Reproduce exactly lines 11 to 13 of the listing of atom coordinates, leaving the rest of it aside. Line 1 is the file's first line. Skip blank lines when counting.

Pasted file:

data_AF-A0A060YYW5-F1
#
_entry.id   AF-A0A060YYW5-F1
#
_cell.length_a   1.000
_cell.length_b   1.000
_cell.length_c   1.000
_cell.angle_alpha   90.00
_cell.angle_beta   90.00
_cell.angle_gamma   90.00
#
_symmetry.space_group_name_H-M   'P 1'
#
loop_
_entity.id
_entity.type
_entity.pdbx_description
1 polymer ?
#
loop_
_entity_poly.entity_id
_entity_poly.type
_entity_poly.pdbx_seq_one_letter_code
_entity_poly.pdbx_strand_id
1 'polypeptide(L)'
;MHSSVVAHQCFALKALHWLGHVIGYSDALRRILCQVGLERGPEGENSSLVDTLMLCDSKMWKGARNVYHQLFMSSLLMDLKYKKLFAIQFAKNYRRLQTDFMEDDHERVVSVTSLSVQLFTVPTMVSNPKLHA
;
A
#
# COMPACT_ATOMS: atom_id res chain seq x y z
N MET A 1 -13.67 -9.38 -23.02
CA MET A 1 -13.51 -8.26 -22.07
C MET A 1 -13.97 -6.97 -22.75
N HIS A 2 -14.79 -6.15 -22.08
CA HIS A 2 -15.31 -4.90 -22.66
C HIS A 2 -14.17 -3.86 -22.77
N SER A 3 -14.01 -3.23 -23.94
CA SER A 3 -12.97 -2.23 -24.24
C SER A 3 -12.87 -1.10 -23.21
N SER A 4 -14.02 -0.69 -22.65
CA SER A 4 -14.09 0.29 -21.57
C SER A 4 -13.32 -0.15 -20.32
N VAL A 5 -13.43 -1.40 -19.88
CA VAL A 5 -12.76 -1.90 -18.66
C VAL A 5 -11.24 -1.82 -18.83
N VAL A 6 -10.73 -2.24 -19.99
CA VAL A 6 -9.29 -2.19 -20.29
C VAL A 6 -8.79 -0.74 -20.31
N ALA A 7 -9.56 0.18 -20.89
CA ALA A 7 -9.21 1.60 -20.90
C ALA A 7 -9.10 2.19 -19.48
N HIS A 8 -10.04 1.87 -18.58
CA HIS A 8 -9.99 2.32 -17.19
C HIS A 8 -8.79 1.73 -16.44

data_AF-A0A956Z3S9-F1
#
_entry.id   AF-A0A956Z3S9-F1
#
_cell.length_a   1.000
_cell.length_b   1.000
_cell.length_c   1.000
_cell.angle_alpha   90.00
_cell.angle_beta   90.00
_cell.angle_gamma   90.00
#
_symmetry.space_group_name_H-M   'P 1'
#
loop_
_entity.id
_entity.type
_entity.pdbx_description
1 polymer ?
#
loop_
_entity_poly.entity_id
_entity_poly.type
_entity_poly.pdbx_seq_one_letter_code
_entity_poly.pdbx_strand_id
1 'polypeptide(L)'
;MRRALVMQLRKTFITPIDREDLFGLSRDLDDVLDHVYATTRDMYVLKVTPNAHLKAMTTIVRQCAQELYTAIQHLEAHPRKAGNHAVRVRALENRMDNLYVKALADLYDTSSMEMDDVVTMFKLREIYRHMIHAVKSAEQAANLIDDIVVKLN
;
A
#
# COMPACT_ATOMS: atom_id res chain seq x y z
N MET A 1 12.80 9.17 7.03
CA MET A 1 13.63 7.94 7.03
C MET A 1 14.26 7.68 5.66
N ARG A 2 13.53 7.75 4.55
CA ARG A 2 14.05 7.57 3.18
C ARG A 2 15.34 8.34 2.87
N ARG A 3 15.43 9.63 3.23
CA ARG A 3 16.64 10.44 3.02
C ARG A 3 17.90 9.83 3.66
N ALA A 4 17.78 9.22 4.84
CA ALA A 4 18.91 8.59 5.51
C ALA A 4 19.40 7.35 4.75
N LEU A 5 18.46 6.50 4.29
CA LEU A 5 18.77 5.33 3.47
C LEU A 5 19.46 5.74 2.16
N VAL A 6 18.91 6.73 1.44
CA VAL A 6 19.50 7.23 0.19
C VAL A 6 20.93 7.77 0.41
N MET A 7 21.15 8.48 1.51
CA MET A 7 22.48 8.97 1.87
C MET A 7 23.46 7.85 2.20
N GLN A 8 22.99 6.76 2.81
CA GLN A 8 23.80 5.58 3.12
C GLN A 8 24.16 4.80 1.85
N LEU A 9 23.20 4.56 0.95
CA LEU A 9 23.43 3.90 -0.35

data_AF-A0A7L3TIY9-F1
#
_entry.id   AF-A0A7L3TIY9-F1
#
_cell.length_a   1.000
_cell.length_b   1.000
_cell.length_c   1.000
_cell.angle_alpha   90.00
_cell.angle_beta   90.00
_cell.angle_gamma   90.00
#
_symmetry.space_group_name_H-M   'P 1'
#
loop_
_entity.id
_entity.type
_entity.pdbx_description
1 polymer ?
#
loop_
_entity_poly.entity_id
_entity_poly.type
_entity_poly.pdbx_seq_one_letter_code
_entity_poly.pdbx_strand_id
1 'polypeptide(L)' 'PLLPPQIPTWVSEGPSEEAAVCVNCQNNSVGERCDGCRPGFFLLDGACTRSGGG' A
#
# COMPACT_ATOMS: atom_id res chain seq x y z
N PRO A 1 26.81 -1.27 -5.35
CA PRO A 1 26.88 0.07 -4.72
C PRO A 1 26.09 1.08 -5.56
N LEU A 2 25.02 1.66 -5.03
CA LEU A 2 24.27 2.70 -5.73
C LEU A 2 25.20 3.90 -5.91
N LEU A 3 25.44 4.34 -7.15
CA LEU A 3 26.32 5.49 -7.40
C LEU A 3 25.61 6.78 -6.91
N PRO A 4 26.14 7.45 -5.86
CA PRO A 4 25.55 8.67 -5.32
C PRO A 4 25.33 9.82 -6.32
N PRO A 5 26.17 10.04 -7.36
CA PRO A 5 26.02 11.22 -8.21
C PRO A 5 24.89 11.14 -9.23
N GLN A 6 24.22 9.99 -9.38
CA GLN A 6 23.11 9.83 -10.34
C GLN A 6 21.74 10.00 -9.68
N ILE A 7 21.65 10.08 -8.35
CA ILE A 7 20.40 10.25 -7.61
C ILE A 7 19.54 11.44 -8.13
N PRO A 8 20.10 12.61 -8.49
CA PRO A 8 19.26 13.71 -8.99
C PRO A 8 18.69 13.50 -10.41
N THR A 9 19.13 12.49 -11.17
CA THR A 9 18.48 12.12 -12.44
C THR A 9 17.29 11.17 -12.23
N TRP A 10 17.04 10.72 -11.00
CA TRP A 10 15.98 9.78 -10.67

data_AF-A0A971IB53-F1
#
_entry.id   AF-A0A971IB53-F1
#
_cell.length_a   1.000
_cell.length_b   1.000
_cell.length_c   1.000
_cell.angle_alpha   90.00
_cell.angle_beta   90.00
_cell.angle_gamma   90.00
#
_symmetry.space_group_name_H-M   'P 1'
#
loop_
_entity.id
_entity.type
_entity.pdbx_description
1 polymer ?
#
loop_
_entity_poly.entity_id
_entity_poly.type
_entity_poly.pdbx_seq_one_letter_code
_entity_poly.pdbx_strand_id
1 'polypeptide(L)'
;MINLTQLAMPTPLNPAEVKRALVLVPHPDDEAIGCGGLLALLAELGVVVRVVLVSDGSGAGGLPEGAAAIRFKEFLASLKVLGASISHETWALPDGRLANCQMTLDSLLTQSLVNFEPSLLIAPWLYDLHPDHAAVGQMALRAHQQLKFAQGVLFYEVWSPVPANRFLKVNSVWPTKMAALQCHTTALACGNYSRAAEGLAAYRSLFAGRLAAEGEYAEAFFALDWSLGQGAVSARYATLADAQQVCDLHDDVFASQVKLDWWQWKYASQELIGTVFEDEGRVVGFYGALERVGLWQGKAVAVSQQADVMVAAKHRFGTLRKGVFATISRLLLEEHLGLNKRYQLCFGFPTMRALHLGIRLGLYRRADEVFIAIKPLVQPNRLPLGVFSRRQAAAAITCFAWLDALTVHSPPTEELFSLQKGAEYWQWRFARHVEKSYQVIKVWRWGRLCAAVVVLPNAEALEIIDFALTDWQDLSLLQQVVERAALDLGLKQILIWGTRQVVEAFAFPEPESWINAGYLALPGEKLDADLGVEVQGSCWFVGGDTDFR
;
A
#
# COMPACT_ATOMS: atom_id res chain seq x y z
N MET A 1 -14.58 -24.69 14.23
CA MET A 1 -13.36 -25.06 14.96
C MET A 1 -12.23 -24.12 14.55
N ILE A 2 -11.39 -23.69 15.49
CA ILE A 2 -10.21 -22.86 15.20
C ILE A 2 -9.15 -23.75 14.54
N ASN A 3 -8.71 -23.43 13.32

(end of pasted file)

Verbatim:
#
_symmetry.space_group_name_H-M   'P 1'
#